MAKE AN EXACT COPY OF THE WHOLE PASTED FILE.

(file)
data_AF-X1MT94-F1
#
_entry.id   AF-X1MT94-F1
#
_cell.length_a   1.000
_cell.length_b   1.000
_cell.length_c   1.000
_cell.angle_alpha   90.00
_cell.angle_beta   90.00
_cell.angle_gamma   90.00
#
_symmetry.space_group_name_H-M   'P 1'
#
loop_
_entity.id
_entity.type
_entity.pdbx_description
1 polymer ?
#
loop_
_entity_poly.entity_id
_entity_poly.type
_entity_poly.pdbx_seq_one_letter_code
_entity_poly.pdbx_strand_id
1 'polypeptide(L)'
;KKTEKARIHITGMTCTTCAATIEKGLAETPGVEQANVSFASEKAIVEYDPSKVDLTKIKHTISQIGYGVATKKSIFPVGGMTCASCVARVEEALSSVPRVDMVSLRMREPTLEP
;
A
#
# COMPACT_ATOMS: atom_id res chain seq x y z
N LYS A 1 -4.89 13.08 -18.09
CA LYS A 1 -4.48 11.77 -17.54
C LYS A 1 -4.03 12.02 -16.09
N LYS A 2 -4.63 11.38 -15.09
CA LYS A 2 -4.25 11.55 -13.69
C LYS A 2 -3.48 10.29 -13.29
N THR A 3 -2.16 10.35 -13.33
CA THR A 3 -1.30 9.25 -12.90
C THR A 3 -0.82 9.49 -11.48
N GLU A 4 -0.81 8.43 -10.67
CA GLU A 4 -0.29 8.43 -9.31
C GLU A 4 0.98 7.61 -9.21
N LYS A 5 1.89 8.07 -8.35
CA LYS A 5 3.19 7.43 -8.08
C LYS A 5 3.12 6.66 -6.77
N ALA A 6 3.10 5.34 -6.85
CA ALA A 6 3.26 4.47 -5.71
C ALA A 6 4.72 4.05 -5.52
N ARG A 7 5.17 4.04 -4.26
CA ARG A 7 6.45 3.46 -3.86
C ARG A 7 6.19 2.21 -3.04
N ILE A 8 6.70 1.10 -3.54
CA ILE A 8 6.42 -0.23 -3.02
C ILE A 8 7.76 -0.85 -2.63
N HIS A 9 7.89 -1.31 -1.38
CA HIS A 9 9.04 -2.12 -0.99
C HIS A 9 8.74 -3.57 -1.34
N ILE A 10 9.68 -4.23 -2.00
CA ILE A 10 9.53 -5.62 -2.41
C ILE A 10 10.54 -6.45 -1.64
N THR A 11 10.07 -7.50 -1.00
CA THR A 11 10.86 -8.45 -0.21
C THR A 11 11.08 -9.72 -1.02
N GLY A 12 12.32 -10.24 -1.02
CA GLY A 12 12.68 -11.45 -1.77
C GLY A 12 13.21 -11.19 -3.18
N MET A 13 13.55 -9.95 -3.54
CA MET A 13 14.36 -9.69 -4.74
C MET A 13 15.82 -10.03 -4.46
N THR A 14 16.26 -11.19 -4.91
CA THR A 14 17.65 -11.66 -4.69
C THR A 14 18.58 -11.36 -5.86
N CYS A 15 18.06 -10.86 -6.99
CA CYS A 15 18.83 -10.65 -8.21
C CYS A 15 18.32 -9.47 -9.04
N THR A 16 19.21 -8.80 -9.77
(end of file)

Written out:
data_AF-X1MT94-F1
#
_entry.id   AF-X1MT94-F1
#
_cell.length_a   1.000
_cell.length_b   1.000
_cell.length_c   1.000
_cell.angle_alpha   90.00
_cell.angle_beta   90.00
_cell.angle_gamma   90.00
#
_symmetry.space_group_name_H-M   'P 1'
#
loop_
_entity.id
_entity.type
_entity.pdbx_description
1 polymer ?
#
loop_
_entity_poly.entity_id
_entity_poly.type
_entity_poly.pdbx_seq_one_letter_code
_entity_poly.pdbx_strand_id
1 'polypeptide(L)'
;KKTEKARIHITGMTCTTCAATIEKGLAETPGVEQANVSFASEKAIVEYDPSKVDLTKIKHTISQIGYGVATKKSIFPVGGMTCASCVARVEEALSSVPRVDMVSLRMREPTLEP
;
A
#
# COMPACT_ATOMS: atom_id res chain seq x y z
N LYS A 1 -4.89 13.08 -18.09
CA LYS A 1 -4.48 11.77 -17.54
C LYS A 1 -4.03 12.02 -16.09
N LYS A 2 -4.63 11.38 -15.09
CA LYS A 2 -4.25 11.55 -13.69
C LYS A 2 -3.48 10.29 -13.29
N THR A 3 -2.16 10.35 -13.33
CA THR A 3 -1.30 9.25 -12.90
C THR A 3 -0.82 9.49 -11.48
N GLU A 4 -0.81 8.43 -10.67
CA GLU A 4 -0.29 8.43 -9.31
C GLU A 4 0.98 7.61 -9.21
N LYS A 5 1.89 8.07 -8.35
CA LYS A 5 3.19 7.43 -8.08
C LYS A 5 3.12 6.66 -6.77
N ALA A 6 3.10 5.34 -6.85
CA ALA A 6 3.26 4.47 -5.71
C ALA A 6 4.72 4.05 -5.52
N ARG A 7 5.17 4.04 -4.26
CA ARG A 7 6.45 3.46 -3.86
C ARG A 7 6.19 2.21 -3.04
N ILE A 8 6.70 1.10 -3.54
CA ILE A 8 6.42 -0.23 -3.02
C ILE A 8 7.76 -0.85 -2.63
N HIS A 9 7.89 -1.31 -1.38
CA HIS A 9 9.04 -2.12 -0.99
C HIS A 9 8.74 -3.57 -1.34
N ILE A 10 9.68 -4.23 -2.00
CA ILE A 10 9.53 -5.62 -2.41
C ILE A 10 10.54 -6.45 -1.64
N THR A 11 10.07 -7.50 -1.00
CA THR A 11 10.86 -8.45 -0.21
C THR A 11 11.08 -9.72 -1.02
N GLY A 12 12.32 -10.24 -1.02
CA GLY A 12 12.68 -11.45 -1.77
C GLY A 12 13.21 -11.19 -3.18
N MET A 13 13.55 -9.95 -3.54
CA MET A 13 14.36 -9.69 -4.74
C MET A 13 15.82 -10.03 -4.46
N THR A 14 16.26 -11.19 -4.91
CA THR A 14 17.65 -11.66 -4.69
C THR A 14 18.58 -11.36 -5.86
N CYS A 15 18.06 -10.86 -6.99
CA CYS A 15 18.83 -10.65 -8.21
C CYS A 15 18.32 -9.47 -9.04
N THR A 16 19.21 -8.80 -9.77